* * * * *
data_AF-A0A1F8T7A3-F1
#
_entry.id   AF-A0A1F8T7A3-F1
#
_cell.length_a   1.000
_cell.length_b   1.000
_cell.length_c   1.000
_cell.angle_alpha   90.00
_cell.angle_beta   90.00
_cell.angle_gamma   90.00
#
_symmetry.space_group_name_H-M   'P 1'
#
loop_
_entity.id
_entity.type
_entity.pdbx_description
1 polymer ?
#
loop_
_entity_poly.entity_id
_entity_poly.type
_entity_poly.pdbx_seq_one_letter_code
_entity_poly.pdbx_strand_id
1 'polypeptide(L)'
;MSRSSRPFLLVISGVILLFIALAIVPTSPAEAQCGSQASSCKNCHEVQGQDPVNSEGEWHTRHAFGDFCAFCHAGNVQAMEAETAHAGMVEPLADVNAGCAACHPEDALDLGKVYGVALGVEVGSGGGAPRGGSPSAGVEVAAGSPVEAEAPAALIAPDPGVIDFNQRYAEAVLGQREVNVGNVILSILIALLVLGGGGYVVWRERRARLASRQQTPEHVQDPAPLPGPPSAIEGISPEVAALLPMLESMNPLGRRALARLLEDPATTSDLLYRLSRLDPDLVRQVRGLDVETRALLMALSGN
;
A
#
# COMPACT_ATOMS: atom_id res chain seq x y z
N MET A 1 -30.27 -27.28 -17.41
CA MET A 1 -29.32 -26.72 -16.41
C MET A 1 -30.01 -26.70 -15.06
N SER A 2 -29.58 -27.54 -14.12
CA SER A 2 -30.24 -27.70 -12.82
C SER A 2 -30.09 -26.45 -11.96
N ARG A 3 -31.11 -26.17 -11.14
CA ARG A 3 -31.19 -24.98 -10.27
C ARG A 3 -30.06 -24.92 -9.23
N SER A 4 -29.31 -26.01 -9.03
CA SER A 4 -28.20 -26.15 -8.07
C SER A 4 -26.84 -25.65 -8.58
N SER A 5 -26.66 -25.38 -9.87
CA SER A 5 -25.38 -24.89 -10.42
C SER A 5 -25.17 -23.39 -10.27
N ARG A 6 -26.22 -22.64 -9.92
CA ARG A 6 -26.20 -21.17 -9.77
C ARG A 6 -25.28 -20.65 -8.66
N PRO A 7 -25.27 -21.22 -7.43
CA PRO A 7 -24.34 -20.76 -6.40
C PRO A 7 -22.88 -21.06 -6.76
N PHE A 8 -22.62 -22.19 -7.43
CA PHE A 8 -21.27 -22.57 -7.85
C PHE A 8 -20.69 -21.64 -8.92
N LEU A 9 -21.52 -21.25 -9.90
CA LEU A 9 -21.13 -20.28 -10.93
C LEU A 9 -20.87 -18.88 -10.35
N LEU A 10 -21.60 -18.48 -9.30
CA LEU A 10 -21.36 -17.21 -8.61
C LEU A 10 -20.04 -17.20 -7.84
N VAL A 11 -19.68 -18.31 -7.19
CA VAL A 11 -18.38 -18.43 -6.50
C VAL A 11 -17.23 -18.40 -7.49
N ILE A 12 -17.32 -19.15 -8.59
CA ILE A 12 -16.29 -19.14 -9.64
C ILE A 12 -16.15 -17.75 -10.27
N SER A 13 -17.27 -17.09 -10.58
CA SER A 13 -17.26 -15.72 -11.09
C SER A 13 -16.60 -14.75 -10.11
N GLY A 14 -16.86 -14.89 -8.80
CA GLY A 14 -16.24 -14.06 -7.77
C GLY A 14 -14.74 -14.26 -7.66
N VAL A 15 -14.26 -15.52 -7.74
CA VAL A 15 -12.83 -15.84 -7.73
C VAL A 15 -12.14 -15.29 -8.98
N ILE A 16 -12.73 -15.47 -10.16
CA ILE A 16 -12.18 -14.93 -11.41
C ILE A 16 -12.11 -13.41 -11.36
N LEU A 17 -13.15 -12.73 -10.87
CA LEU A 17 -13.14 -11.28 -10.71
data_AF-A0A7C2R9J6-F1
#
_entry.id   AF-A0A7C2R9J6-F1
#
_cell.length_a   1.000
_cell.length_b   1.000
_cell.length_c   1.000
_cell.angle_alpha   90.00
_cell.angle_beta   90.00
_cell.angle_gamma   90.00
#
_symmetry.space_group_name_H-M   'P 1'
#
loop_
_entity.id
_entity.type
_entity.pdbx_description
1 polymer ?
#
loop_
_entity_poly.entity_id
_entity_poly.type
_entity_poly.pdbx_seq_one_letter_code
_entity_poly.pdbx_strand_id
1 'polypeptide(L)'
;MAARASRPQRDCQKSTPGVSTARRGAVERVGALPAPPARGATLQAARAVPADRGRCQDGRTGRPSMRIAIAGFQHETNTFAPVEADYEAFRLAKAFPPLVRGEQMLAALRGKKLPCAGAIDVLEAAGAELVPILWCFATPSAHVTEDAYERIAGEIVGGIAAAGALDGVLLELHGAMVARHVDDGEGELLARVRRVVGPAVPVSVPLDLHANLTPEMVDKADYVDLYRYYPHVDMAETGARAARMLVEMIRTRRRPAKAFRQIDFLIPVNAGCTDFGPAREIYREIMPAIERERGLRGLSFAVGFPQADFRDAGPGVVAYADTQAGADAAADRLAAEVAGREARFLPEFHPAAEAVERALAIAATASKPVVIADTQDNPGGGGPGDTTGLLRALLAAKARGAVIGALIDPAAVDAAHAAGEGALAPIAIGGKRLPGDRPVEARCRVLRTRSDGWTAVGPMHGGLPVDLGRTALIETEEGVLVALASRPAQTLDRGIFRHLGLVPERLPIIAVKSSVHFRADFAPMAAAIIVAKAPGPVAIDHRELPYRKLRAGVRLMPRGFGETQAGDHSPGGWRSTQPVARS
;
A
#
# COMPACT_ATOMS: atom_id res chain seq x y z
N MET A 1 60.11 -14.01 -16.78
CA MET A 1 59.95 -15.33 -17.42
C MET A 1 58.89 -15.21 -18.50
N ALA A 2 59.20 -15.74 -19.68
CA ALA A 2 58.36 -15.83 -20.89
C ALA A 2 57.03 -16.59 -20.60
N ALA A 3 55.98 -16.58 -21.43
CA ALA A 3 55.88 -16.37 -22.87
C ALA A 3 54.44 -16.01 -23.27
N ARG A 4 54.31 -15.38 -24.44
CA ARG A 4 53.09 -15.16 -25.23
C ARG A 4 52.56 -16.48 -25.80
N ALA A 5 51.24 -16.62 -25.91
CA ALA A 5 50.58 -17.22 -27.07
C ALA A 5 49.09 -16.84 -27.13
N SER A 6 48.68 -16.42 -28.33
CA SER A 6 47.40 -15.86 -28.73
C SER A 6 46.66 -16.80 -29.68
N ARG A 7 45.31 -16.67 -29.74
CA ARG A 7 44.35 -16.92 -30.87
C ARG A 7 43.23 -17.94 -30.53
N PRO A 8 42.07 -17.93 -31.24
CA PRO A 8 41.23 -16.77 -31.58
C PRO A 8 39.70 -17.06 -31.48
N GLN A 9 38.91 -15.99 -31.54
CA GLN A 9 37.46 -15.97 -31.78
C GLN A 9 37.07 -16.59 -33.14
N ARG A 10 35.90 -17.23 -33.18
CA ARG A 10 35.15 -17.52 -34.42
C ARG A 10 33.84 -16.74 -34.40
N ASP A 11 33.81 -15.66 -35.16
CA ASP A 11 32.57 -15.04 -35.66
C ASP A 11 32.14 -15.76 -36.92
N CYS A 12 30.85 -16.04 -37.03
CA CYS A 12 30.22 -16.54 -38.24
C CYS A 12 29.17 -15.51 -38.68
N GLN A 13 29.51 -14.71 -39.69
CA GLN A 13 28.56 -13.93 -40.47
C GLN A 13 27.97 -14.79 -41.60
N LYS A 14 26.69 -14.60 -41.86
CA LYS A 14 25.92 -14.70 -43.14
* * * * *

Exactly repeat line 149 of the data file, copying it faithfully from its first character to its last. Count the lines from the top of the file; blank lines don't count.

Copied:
C GLN A 13 27.97 -14.79 -41.60